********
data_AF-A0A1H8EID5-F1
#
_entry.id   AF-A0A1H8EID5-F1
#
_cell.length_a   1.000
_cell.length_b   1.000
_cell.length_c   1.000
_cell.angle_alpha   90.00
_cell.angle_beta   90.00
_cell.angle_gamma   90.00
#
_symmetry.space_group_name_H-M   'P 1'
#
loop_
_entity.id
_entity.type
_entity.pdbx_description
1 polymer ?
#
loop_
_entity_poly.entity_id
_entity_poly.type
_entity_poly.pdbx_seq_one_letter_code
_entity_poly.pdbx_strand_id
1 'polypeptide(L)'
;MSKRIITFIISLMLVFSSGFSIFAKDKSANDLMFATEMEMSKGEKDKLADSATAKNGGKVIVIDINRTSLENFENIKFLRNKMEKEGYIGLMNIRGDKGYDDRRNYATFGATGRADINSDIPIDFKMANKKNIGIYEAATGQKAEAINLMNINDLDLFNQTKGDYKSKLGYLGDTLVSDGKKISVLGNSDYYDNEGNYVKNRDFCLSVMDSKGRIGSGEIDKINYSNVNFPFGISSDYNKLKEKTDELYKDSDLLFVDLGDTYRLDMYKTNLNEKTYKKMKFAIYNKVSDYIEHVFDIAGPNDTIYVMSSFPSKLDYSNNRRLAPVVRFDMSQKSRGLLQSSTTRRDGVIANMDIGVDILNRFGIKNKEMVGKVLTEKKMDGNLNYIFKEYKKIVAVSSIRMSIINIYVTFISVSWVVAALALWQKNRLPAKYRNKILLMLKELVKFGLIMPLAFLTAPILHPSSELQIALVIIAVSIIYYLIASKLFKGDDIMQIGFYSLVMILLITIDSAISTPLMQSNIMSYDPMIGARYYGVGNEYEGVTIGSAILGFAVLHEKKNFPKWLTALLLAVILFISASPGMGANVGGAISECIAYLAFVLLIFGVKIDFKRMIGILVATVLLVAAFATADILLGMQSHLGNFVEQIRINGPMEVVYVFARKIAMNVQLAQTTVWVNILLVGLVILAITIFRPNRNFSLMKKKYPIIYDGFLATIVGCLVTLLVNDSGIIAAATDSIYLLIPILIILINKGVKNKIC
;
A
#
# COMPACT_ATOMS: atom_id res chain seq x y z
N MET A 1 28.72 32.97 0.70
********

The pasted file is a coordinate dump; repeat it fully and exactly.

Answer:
data_AF-A0A1H8EID5-F1
#
_entry.id   AF-A0A1H8EID5-F1
#
_cell.length_a   1.000
_cell.length_b   1.000
_cell.length_c   1.000
_cell.angle_alpha   90.00
_cell.angle_beta   90.00
_cell.angle_gamma   90.00
#
_symmetry.space_group_name_H-M   'P 1'
#
loop_
_entity.id
_entity.type
_entity.pdbx_description
1 polymer ?
#
loop_
_entity_poly.entity_id
_entity_poly.type
_entity_poly.pdbx_seq_one_letter_code
_entity_poly.pdbx_strand_id
1 'polypeptide(L)'
;MSKRIITFIISLMLVFSSGFSIFAKDKSANDLMFATEMEMSKGEKDKLADSATAKNGGKVIVIDINRTSLENFENIKFLRNKMEKEGYIGLMNIRGDKGYDDRRNYATFGATGRADINSDIPIDFKMANKKNIGIYEAATGQKAEAINLMNINDLDLFNQTKGDYKSKLGYLGDTLVSDGKKISVLGNSDYYDNEGNYVKNRDFCLSVMDSKGRIGSGEIDKINYSNVNFPFGISSDYNKLKEKTDELYKDSDLLFVDLGDTYRLDMYKTNLNEKTYKKMKFAIYNKVSDYIEHVFDIAGPNDTIYVMSSFPSKLDYSNNRRLAPVVRFDMSQKSRGLLQSSTTRRDGVIANMDIGVDILNRFGIKNKEMVGKVLTEKKMDGNLNYIFKEYKKIVAVSSIRMSIINIYVTFISVSWVVAALALWQKNRLPAKYRNKILLMLKELVKFGLIMPLAFLTAPILHPSSELQIALVIIAVSIIYYLIASKLFKGDDIMQIGFYSLVMILLITIDSAISTPLMQSNIMSYDPMIGARYYGVGNEYEGVTIGSAILGFAVLHEKKNFPKWLTALLLAVILFISASPGMGANVGGAISECIAYLAFVLLIFGVKIDFKRMIGILVATVLLVAAFATADILLGMQSHLGNFVEQIRINGPMEVVYVFARKIAMNVQLAQTTVWVNILLVGLVILAITIFRPNRNFSLMKKKYPIIYDGFLATIVGCLVTLLVNDSGIIAAATDSIYLLIPILIILINKGVKNKIC
;
A
#
# COMPACT_ATOMS: atom_id res chain seq x y z
N MET A 1 28.72 32.97 0.70